"'Then the donors call. The folks who have hosted fundraisers. They are usually not only from the district but from New York or LA or Chicago. They repeat the message: this vote is very important. Contrary to what you might expect, they do not mention campaign money. They don't have to. Because these callers are people who only know the Congressman through their checks, the threat not to write any more of them is implicit. Like the constituents, the donors are using AIPAC talking points which are simple and forceful. You can argue with them but they keep going back to the script.

"'Did I mention the rabbis? We only have a few in our district but we get calls from all of them and from other rabbis from around the state.

"'Then there are the AIPAC lobbyists, the professional staffers. They come in, with or without appointments. If the Congressman is in, they expect to see him immediately. If not, they will see a staffer. If they don't like what they hear, they will keep coming back. They are very aggressive, no other lobby comes close. They expect to see the Member, not mere staff.

"'Then there are the emails driven by the AIPAC website, the editorials in the one Jewish newspaper we have in our state.

"'And then the 'Dear Colleague' letters from Jewish House members saying how important the vote is for Israel and America. They also will buttonhole the Members on the House floor. Because my boss is not Jewish, he tends to defer to his Jewish colleagues. It is like they are the experts on this. And, truth be told, all the senior Jewish Members of the House are tight with AIPAC. Also, the two biggest AIPAC enforcers, House Majority Leader Eric Cantor and his Democratic counterpart, Democratic Whip Steny Hoyer, are fierce AIPAC partisans, and they make sure to seek out Members on the floor to tell them how they must vote. On anything related to Israel, they speak in one voice: AIPAC's.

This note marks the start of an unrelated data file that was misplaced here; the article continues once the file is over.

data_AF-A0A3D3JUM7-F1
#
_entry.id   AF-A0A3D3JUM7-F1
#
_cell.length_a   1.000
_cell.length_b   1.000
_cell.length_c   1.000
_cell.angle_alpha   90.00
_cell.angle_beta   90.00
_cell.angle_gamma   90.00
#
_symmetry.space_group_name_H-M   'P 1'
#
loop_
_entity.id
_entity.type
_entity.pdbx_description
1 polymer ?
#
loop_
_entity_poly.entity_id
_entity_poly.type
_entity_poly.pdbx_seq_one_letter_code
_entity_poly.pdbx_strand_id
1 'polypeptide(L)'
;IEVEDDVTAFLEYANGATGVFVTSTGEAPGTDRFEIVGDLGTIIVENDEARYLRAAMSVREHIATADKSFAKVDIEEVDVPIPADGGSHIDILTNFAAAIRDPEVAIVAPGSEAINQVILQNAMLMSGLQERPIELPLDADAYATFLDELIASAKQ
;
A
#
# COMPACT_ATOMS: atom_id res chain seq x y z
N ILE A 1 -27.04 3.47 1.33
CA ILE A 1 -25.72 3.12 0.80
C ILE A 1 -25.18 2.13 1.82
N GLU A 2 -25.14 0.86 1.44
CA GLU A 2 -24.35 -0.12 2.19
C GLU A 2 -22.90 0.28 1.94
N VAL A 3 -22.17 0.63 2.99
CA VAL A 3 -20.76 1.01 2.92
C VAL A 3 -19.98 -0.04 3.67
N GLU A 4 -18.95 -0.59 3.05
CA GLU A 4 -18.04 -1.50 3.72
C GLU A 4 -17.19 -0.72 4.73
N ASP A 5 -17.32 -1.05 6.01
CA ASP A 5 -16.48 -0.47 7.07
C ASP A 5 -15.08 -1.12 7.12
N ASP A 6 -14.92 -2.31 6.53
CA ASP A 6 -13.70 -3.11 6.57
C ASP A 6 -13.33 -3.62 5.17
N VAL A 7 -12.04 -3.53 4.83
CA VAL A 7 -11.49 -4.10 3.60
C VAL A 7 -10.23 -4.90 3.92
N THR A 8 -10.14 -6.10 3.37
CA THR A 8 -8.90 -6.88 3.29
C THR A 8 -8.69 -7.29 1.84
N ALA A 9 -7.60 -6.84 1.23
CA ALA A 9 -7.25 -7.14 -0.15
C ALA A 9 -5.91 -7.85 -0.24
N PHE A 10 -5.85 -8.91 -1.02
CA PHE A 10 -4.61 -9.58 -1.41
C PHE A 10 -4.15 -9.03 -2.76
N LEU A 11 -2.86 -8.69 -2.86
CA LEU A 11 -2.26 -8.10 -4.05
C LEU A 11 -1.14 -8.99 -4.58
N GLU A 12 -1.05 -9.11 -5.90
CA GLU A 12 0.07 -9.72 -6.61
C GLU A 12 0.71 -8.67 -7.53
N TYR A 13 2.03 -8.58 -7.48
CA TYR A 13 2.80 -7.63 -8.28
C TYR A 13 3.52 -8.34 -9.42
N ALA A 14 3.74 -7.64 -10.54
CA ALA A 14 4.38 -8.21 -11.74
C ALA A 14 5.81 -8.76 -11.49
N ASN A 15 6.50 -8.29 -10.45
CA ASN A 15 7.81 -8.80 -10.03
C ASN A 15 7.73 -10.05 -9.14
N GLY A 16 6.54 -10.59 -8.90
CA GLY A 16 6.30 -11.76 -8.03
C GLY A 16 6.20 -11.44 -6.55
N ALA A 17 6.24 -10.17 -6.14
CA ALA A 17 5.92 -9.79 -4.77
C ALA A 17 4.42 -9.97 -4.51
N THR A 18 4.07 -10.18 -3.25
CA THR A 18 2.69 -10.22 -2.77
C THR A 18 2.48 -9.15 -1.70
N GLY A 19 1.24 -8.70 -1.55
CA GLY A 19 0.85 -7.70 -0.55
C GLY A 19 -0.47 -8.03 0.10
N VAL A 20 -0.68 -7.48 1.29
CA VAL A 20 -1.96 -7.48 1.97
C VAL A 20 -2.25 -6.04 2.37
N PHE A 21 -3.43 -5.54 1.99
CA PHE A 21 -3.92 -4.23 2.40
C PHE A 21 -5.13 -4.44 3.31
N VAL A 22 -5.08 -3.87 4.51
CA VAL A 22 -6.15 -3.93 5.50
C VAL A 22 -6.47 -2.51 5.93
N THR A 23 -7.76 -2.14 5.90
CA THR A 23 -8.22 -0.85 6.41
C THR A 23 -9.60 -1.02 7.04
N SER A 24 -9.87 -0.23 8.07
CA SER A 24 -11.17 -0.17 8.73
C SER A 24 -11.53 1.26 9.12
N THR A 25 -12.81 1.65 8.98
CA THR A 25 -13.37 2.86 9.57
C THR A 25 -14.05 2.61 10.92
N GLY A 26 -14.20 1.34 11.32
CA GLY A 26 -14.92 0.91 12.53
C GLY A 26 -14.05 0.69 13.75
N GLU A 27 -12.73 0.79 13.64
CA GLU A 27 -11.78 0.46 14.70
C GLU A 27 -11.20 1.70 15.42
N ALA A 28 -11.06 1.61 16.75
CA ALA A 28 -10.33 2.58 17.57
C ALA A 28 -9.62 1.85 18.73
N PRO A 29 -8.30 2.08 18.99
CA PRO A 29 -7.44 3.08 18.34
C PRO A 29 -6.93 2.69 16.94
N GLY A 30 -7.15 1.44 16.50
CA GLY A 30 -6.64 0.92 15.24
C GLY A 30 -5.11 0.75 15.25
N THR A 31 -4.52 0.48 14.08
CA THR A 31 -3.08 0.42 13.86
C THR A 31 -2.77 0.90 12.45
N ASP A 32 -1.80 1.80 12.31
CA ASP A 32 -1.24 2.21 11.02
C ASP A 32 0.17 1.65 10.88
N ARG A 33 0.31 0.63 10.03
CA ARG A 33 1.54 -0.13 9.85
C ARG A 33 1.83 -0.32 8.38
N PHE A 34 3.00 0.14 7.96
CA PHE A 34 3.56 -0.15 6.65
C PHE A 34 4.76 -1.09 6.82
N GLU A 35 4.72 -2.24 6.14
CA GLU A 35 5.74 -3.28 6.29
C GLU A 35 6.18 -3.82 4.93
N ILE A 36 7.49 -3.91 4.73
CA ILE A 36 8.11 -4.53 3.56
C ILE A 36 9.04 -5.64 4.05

"'My friend concluded: Obviously, there is no counterpart to this on the antiwar side. No anti-AIPAC to speak of. AIPAC owns this issue. It gets what it wants. It will get this and, sad to say, my boss, who hates the idea of using more war as a means to end war, will probably vote 'yes'. He says he will never support an attack on Iran but, when the time comes, this Syria push will look like nothing. Syria is just a tactic for AIPAC. But its number one goal, at least from the vantage point of Capitol Hill, is war with Iran.

"'Yeah, it's scary.

So where do we fit in, as of now?

"In a minor diplomatic advance for Obama, 11 of the G20 nations signed a joint statement at the end of the two-day summit calling for 'a strong international response to a grave violation of the world's rules' in response to last month's chemical weapons attack in Ghouta, east of the Syrian capital, Damascus. The signatories, including the UK, the US and France, said evidence 'points clearly to the Syrian government being responsible for the attack...' and warned it would not be possible to achieve a UN consensus on action... Other signatories included Australia, Canada, Italy, Japan, South Korea, Saudi Arabia, Spain and Turkey..." (Obama assembles fragile alliance blaming Assad for chemical attacks, Patrick Wintour, The Guardian, 7/9/13)

Australia just can't help itself.